I KEEP RUNNING INTO GHOSTS as I wander Gotham’s corporate corridors, and I don’t even believe in ghost stories. Everywhere I turn, people are still talking about Gerald Levin and Ted Turner.

Levin’s presence is pervasive because so many people blame their problems on “that deal.” If Levin, in a flight of megalomania, had not married AOL to Time Warner, our world would be a better place.

Turner, of course, was one of the victims of “that deal,” and now everyone in the news business is trying to figure out where he stands on the next mega-deal — the one that would combine CNN and ABC News. Except for the bean counters, many suspect that shotgun marriage would be doomed to misery.

And Turner? “I think Ted will fight it to the end,” one friend guesses. But then no one can be sure because Turner, like Levin, a corporate ghost.

I REMEMBER A DINNERTIME ENCOUNTER with Turner when he was on the cusp of closing his CNN-Time Warner deal. My wife, a CNN loyalist, buttonholed Turner, demanding, “Why are you doing this? You’re going to lose your empire!”

Turner seemed perplexed by this onslaught. “I want to be big … BIG!” he replied, making a grandiose gesture. “I want to be bigger than the Empire State Building.” Jane Fonda, his wife at the time, looked at him with a sort of bemused disdain.

Figures like Turner and Levin undergo major character transformations in the process of becoming ghosts.

Levin’s colleagues used to describe their leader as a cautious intellectual, always respectful of subordinates.

Talk to these same people today and they’ll portray Levin as devious and inscrutable, a man who sublimated his rabbinical rage. Now that he’s a ghost, he’s also become a nasty ghost.

Colleagues liked to talk about Turner admiringly for his freewheeling, anti-establishment fervor. In an era of corporate players, he was the last of the free spirits.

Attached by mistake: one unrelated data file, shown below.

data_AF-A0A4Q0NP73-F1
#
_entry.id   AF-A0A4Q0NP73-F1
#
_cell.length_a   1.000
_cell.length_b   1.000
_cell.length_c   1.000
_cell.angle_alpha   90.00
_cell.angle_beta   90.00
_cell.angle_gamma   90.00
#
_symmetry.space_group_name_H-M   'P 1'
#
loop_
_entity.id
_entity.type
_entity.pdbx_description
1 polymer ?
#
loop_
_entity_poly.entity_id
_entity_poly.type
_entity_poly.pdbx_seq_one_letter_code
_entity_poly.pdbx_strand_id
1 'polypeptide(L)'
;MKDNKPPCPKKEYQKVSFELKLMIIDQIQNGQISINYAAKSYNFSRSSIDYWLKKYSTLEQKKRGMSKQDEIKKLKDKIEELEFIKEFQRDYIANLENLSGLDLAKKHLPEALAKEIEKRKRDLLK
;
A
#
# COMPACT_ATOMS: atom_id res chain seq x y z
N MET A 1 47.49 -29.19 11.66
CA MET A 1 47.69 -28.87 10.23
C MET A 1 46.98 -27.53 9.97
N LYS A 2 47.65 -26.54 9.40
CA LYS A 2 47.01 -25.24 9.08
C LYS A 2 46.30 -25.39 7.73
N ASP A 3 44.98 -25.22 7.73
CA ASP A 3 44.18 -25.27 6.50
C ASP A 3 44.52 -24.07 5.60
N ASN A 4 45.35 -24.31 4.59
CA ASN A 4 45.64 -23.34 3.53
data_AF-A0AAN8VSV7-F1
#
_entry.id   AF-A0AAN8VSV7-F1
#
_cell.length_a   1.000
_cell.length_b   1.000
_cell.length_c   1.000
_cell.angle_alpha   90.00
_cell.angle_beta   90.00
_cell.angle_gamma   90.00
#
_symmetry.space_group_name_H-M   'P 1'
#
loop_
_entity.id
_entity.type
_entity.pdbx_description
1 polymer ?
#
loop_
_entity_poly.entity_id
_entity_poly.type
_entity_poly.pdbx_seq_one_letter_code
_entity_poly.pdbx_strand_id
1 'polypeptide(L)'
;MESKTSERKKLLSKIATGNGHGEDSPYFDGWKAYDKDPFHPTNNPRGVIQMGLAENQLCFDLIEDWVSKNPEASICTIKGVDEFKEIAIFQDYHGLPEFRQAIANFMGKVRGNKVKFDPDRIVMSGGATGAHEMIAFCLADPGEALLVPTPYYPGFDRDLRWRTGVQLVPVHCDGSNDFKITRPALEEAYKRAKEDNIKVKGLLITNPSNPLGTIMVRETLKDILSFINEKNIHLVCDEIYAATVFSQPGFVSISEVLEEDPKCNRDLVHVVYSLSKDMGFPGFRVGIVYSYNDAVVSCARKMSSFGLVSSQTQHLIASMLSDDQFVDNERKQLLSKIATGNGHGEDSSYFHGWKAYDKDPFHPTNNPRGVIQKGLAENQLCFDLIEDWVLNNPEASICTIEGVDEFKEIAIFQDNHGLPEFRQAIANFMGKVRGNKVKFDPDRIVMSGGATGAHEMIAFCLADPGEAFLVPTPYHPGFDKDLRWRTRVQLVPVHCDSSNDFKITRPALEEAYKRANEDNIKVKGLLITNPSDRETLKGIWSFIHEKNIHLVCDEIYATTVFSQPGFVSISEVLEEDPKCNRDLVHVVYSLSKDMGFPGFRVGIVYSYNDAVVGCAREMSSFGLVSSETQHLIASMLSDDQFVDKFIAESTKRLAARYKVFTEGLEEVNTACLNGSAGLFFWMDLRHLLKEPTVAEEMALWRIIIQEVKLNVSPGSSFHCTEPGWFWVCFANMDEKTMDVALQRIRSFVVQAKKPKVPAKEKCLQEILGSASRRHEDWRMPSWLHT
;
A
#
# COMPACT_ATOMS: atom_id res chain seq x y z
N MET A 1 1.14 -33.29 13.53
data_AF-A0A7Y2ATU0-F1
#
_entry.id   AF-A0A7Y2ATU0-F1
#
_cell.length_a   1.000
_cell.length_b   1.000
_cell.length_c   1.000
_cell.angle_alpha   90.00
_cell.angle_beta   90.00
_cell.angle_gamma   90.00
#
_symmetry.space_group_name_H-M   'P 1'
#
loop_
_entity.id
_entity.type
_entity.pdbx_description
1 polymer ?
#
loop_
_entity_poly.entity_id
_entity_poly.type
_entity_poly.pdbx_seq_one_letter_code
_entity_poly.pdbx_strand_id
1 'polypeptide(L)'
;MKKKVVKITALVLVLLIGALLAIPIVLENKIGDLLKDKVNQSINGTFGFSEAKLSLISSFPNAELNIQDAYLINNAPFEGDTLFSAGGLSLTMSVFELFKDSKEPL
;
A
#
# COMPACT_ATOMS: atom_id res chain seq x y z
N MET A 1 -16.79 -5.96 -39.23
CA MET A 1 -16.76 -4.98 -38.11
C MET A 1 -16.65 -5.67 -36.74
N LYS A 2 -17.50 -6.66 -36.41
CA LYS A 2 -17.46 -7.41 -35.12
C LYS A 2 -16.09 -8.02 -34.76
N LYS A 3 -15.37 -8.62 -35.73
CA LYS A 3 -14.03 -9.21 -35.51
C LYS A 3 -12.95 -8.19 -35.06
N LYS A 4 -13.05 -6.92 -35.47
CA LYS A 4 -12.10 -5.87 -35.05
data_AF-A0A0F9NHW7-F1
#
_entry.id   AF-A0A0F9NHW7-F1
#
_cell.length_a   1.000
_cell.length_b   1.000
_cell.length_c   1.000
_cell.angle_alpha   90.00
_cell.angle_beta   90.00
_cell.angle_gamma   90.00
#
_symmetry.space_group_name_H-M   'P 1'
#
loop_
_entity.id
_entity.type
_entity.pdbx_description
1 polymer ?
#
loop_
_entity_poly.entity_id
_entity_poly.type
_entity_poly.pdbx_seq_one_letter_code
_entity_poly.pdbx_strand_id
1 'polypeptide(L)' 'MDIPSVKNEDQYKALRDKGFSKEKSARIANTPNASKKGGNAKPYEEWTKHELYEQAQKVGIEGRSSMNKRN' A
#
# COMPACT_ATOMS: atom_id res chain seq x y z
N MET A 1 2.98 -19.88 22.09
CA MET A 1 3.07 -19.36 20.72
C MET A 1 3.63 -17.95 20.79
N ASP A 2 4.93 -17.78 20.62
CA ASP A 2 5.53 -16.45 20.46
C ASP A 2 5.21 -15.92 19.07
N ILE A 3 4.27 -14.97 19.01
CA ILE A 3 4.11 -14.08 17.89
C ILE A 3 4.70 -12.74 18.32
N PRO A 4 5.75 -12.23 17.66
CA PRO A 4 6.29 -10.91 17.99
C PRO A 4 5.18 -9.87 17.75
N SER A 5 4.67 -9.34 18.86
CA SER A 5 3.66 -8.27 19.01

Now that he’s a ghost, Turner has become an egotistical loner who would talk but never listen, a general who would seize the high ground but sell out his troops.

Levin has zealously guarded his ghostly presence, hovering at the sidelines, avoiding publicity. I had a friendly phone conversation with him not long ago. We talked about politics and philosophy, not about deals or dealmakers. I couldn’t quite tell where he was calling from, but I never ask personal questions of ghosts.

Turner pops up in New York regularly, but only a few get to see him. “He’s more serious and more guarded than the old Ted,” says one friend. Another told me he looked rather pale, which suits his ghostly status.

And will he take a position on the proposed CNN-ABC merger? “He’s close to Dick Parsons,” was all one friend would say, referring to Levin’s successor as CEO of AOL Time Warner.

IN HIS PRE-GHOSTLY DAYS, Turner surely would have pointed up certain questions about the merger. How will two such disparate cultures co-exist? Will the bean counters really be able to deliver significant cost savings without ravaging the quality of coverage?

And most important of all: Is this a moment in history when we want to lose an important voice?

Some top corporate players have serious thoughts about these issues. The ghosts are mute, however. That’s their role in the social order, after all.

But as I said at the outset, I don’t believe in ghost stories.

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